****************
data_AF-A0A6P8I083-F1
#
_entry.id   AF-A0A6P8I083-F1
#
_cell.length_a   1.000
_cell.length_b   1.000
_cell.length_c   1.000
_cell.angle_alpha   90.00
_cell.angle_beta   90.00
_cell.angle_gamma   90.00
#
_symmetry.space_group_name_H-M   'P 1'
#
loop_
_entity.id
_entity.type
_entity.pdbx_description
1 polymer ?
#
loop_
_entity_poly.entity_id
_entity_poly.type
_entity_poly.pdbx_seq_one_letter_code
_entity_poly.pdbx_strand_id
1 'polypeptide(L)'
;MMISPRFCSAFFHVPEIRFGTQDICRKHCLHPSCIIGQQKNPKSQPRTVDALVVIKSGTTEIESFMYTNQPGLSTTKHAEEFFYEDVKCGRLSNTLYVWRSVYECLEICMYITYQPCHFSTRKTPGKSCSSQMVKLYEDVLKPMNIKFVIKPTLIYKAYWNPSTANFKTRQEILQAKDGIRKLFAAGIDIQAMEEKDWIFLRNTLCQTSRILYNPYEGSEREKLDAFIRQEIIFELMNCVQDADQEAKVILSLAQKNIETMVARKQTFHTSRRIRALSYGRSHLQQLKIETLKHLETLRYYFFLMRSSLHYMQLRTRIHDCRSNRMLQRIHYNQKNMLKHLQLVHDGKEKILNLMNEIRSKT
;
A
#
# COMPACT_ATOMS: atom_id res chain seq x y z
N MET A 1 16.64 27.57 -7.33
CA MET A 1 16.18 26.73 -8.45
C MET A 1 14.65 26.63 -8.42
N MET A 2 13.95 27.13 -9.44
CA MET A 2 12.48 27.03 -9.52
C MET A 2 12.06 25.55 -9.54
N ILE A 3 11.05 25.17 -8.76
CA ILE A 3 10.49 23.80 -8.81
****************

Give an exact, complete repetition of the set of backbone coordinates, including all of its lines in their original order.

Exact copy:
data_AF-A0A6P8I083-F1
#
_entry.id   AF-A0A6P8I083-F1
#
_cell.length_a   1.000
_cell.length_b   1.000
_cell.length_c   1.000
_cell.angle_alpha   90.00
_cell.angle_beta   90.00
_cell.angle_gamma   90.00
#
_symmetry.space_group_name_H-M   'P 1'
#
loop_
_entity.id
_entity.type
_entity.pdbx_description
1 polymer ?
#
loop_
_entity_poly.entity_id
_entity_poly.type
_entity_poly.pdbx_seq_one_letter_code
_entity_poly.pdbx_strand_id
1 'polypeptide(L)'
;MMISPRFCSAFFHVPEIRFGTQDICRKHCLHPSCIIGQQKNPKSQPRTVDALVVIKSGTTEIESFMYTNQPGLSTTKHAEEFFYEDVKCGRLSNTLYVWRSVYECLEICMYITYQPCHFSTRKTPGKSCSSQMVKLYEDVLKPMNIKFVIKPTLIYKAYWNPSTANFKTRQEILQAKDGIRKLFAAGIDIQAMEEKDWIFLRNTLCQTSRILYNPYEGSEREKLDAFIRQEIIFELMNCVQDADQEAKVILSLAQKNIETMVARKQTFHTSRRIRALSYGRSHLQQLKIETLKHLETLRYYFFLMRSSLHYMQLRTRIHDCRSNRMLQRIHYNQKNMLKHLQLVHDGKEKILNLMNEIRSKT
;
A
#
# COMPACT_ATOMS: atom_id res chain seq x y z
N MET A 1 16.64 27.57 -7.33
CA MET A 1 16.18 26.73 -8.45
C MET A 1 14.65 26.63 -8.42
N MET A 2 13.95 27.13 -9.44
CA MET A 2 12.48 27.03 -9.52
C MET A 2 12.06 25.55 -9.54
N ILE A 3 11.05 25.17 -8.76
CA ILE A 3 10.49 23.80 -8.81